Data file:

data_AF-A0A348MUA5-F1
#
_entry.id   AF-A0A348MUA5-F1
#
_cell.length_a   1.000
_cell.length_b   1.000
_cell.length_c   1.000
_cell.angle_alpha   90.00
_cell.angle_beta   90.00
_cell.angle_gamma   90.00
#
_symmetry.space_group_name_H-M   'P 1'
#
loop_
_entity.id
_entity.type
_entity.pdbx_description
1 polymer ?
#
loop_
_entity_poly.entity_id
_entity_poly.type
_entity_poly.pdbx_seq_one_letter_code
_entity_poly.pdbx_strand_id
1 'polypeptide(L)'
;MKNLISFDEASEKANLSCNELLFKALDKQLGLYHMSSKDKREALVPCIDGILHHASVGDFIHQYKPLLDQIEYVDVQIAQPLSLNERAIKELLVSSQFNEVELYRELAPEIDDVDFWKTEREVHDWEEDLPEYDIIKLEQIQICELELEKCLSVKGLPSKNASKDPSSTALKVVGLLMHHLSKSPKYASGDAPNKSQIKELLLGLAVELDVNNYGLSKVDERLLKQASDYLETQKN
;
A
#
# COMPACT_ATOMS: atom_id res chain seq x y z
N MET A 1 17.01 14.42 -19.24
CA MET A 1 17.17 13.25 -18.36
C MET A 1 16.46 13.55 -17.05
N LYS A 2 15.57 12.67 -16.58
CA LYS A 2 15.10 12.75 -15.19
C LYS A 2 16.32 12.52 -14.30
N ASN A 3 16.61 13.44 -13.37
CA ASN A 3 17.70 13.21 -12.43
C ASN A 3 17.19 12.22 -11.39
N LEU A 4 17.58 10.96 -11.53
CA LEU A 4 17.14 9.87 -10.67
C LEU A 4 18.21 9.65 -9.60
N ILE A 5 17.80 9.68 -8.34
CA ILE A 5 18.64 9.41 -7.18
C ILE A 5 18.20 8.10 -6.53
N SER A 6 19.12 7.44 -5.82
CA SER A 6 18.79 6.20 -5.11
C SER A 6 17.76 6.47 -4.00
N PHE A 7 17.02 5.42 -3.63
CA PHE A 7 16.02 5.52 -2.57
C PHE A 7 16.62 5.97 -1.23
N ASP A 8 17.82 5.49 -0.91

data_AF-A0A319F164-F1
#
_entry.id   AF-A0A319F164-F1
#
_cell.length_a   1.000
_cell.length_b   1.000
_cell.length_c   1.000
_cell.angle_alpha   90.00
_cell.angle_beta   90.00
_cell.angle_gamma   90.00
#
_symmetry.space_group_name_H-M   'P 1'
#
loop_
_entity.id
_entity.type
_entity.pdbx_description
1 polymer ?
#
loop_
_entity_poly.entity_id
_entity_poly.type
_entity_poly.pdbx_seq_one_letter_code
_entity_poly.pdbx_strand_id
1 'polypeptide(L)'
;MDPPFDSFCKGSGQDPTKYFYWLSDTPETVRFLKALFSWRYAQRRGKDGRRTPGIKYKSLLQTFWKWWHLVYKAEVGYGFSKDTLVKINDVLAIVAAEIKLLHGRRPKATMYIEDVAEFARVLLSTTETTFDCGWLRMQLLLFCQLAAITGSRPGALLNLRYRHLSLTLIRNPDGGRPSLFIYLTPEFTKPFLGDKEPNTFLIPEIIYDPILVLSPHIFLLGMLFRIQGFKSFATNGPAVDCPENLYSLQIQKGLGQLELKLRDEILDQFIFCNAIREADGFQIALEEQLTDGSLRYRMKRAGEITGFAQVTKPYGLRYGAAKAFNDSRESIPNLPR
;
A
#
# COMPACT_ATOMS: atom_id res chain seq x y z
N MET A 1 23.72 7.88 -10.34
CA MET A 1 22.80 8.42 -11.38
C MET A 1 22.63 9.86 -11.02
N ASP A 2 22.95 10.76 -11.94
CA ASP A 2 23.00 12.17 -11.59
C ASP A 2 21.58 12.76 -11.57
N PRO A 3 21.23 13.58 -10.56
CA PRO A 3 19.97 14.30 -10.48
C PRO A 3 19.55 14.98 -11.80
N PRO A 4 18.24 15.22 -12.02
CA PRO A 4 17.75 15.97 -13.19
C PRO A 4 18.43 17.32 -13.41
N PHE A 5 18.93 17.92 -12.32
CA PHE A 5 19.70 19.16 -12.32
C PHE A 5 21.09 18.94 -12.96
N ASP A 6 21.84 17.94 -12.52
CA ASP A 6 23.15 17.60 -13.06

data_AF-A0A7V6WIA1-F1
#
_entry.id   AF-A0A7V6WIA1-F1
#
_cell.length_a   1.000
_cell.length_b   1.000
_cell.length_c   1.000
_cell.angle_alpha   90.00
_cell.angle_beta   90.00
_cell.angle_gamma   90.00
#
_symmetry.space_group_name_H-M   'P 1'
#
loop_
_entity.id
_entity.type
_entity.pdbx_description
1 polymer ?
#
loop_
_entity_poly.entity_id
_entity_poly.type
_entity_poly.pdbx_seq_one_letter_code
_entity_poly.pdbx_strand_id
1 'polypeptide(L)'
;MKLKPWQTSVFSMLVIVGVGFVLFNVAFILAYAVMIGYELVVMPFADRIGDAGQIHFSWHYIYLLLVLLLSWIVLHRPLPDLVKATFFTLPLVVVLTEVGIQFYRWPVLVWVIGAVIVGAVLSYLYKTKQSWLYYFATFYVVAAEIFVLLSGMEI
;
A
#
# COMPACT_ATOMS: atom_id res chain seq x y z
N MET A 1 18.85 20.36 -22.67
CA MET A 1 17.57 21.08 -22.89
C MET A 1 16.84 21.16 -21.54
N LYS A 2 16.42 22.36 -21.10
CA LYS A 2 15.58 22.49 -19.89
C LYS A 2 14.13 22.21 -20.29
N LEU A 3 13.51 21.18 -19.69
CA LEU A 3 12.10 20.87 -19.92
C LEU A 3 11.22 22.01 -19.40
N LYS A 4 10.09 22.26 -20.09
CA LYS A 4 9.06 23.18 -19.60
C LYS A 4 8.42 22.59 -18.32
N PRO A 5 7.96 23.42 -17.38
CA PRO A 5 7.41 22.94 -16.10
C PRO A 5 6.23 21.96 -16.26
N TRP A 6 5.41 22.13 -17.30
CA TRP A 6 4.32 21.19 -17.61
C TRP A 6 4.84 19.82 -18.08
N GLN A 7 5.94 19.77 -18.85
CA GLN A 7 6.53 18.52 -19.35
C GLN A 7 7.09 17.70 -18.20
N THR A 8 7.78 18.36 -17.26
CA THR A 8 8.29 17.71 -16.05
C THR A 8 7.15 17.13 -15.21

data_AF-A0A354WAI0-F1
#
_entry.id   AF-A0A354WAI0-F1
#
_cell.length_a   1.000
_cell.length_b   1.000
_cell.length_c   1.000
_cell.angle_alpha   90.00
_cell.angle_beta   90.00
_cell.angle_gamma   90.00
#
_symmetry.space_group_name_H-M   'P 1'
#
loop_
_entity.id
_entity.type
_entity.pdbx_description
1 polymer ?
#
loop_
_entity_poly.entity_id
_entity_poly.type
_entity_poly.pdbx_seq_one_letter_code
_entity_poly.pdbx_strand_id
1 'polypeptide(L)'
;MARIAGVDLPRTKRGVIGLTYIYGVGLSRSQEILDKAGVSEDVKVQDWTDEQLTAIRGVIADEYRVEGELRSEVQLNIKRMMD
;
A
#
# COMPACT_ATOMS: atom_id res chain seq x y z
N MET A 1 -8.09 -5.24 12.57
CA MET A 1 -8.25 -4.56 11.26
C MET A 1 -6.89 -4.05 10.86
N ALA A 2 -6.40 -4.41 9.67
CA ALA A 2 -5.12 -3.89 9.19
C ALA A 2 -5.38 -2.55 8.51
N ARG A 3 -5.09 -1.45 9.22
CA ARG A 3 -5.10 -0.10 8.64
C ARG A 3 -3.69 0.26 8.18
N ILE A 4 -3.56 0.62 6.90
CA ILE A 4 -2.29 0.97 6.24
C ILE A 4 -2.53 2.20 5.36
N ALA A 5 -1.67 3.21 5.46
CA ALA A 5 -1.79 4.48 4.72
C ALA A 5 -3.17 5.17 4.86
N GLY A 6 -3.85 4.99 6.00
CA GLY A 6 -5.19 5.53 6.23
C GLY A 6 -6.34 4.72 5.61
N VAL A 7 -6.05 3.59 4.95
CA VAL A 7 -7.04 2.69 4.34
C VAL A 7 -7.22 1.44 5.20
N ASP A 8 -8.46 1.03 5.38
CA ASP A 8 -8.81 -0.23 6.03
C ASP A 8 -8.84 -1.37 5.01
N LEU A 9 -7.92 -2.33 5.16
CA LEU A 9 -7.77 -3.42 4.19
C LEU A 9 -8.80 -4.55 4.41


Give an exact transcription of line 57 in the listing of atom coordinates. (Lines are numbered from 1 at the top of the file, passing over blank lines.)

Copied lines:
_cell.length_a   1.000